Havana, Cuba, March 15.- Three new stations of cave art were discovered in the Imias Wild Reserve, to the southeast of the Cuban eastern province of Guantanamo.
The paintings are characterized by the use of red, a color that has been seen in only other three stations in the eastern region of the island.
The finding was made during a joint expedition by the Pedro Borras and Fernando Ortiz groups, both members of the Speleological Society of Cuba, and the Cuban Cave Art Research Group (GCIAR), of the Institute of Anthropology.
According to Granma newspaper, the Pedro Borras Group’s president Efren Jaimez Salgado and the GCIAR national deputy coordinator Divaldo Gutierrez Calvache agreed on considering that the new finding ratifies the importance of the region for studies on this type of cultural expression of our native peoples.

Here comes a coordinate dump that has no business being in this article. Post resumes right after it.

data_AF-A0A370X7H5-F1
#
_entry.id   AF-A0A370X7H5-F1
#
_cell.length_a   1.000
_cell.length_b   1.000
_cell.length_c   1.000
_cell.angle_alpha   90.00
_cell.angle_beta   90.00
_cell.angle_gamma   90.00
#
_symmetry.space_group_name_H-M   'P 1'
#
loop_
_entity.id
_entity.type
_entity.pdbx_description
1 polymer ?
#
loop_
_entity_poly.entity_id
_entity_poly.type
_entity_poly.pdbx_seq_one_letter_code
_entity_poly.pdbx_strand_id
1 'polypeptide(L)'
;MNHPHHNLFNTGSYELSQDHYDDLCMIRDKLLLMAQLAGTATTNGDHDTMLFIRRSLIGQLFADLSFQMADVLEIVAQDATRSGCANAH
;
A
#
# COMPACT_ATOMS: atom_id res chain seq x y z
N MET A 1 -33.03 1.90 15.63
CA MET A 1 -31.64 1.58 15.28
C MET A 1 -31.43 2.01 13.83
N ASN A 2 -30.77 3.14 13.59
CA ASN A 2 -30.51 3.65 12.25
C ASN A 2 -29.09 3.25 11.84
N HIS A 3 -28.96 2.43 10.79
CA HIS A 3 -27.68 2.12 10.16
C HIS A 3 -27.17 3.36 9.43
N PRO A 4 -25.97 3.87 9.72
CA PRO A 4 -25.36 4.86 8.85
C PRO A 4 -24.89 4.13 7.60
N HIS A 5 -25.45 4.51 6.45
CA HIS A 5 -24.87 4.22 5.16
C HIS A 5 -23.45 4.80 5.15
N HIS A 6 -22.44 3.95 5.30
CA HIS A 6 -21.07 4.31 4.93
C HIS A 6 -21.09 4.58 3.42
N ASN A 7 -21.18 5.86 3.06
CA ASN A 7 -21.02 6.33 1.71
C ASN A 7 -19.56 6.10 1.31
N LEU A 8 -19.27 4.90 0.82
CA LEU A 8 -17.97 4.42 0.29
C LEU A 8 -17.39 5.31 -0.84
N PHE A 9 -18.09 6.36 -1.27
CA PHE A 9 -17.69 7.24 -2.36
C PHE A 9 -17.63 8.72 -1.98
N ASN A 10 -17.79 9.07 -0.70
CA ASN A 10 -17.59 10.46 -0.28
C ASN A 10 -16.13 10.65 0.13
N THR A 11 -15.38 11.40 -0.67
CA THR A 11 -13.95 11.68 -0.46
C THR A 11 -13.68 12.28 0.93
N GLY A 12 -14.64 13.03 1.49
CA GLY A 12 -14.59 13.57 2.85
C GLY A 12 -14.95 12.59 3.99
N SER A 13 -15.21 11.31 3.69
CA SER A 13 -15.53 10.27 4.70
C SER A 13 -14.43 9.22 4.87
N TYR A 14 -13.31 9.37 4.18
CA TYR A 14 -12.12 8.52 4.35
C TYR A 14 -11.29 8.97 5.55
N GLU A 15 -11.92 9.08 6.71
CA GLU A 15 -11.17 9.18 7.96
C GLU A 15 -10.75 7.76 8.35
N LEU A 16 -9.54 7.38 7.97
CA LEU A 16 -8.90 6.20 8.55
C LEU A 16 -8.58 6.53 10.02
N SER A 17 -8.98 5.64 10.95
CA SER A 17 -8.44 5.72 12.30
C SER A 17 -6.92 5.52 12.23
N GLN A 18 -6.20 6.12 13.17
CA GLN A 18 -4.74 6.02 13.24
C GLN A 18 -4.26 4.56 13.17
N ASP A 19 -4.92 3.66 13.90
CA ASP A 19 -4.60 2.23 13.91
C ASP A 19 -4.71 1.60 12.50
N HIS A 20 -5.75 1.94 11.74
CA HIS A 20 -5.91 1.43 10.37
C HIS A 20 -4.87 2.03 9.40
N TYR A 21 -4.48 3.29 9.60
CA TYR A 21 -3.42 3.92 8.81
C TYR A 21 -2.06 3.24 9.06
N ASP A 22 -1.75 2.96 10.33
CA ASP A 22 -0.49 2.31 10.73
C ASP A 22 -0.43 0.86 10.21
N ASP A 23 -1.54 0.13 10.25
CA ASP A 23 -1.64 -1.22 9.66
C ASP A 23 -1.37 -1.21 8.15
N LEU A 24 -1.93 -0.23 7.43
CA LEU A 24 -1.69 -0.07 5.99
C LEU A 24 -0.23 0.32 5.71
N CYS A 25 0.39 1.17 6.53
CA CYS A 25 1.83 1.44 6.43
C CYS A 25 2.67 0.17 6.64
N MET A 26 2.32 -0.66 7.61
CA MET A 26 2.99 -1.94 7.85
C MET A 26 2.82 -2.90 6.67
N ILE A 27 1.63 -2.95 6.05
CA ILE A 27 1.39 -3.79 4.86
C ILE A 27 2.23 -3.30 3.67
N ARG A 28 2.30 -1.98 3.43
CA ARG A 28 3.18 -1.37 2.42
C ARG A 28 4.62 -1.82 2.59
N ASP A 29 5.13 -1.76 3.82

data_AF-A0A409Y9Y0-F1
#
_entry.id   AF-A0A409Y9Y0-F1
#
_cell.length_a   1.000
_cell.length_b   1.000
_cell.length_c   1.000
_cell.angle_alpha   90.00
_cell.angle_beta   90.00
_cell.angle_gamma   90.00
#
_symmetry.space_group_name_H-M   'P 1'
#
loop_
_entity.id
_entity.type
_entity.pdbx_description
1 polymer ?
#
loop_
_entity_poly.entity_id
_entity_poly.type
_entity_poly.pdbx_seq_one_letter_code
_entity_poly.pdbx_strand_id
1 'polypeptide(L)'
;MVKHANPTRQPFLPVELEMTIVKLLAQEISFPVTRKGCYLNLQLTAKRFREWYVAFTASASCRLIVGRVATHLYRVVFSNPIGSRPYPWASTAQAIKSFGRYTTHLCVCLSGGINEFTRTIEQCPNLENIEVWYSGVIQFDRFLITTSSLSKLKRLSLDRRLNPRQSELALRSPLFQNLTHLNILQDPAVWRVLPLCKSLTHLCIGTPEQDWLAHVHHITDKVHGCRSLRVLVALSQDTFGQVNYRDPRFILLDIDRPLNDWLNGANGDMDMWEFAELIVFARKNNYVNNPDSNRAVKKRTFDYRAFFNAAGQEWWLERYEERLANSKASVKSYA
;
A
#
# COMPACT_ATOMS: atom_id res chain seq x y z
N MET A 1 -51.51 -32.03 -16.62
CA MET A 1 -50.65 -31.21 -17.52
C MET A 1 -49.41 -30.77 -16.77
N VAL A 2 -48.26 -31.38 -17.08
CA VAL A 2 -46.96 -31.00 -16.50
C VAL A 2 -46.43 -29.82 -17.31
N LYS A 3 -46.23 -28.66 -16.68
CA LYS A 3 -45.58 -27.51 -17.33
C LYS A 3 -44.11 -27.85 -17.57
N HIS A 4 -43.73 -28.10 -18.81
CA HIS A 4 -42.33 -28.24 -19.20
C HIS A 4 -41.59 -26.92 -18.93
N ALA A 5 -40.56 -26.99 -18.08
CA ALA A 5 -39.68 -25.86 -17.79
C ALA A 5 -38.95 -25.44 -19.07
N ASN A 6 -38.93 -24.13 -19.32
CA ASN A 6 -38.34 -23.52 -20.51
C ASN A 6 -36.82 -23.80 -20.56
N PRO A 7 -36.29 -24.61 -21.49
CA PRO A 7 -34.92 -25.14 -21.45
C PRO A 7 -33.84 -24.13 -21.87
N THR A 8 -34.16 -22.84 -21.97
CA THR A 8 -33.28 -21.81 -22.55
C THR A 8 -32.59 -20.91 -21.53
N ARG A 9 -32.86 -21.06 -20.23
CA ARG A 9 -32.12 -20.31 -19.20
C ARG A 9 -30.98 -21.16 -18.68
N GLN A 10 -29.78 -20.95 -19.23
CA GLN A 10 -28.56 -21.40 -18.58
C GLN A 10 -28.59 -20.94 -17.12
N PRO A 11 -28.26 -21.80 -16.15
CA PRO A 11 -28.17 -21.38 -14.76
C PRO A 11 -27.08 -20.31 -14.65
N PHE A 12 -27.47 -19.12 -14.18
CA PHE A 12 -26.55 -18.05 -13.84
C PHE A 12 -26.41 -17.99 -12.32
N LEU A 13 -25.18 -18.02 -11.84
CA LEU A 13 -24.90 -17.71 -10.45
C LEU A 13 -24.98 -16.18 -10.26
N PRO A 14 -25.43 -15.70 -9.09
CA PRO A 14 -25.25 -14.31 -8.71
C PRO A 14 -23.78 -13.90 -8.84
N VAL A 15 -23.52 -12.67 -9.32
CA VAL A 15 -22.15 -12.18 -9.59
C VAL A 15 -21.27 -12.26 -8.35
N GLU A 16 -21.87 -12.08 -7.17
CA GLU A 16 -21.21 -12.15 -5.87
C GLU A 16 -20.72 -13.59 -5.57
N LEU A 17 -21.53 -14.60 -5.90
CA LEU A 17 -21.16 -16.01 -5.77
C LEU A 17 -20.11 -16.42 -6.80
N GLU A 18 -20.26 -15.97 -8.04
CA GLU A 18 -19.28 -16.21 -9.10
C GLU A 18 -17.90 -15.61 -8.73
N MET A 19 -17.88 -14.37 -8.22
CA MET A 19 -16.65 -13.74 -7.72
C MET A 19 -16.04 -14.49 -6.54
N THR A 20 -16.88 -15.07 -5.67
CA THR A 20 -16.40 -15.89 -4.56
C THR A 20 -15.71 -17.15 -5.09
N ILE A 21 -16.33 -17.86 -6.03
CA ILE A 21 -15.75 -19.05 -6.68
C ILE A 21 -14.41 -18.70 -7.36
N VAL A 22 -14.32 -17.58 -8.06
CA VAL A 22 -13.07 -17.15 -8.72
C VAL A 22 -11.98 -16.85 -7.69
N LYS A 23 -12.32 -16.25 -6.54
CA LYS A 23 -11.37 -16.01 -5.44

Cave art includes pictographs, that is, symbols or pictures representing ideas; and petroglyphs (rock drawing) executed in caverns, rock shelters, grouts and on rocks by pre-Columbian groups or populations.
In Cuba, 285 cave art sites or stations have been officially registered. The largest amount have been located in the provinces of Matanzas,
Guantanamo and Pinar del Rio. (ACN).